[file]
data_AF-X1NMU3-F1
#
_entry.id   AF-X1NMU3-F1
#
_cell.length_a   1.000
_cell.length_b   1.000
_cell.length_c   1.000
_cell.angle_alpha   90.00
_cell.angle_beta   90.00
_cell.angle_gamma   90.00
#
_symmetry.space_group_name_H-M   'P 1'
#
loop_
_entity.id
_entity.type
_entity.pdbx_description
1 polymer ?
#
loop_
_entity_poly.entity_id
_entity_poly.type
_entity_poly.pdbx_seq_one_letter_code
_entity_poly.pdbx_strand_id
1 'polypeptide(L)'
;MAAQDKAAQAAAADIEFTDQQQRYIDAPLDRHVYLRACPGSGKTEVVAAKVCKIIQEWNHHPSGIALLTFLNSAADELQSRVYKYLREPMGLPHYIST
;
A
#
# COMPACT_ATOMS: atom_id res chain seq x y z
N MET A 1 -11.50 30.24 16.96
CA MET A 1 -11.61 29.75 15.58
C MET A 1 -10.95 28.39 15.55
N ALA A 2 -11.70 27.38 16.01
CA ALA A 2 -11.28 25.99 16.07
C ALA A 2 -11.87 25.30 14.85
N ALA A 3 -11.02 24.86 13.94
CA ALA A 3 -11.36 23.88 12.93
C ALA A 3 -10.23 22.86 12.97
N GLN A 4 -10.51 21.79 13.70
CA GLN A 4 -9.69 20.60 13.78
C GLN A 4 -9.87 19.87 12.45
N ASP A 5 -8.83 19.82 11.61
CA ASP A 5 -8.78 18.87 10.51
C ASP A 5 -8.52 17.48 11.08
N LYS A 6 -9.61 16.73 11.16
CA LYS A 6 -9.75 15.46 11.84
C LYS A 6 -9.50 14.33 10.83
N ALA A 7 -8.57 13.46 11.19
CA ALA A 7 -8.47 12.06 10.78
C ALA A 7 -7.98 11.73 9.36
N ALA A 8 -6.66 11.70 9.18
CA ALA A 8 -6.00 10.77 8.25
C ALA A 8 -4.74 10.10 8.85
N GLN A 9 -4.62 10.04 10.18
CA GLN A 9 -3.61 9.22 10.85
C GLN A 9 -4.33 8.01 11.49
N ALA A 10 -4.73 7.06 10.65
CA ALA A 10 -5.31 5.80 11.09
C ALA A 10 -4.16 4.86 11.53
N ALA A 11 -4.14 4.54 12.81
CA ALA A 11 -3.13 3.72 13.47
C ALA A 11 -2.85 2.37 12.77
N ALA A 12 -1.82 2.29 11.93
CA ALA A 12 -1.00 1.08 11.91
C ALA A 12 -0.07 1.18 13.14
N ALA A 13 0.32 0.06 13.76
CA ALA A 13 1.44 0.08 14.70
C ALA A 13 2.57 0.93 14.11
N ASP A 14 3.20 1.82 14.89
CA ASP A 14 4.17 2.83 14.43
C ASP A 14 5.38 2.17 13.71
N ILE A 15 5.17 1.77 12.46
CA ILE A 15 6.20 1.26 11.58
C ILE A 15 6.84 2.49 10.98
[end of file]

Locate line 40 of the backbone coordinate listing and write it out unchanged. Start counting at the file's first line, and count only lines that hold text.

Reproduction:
N GLN A 4 -10.51 21.79 13.70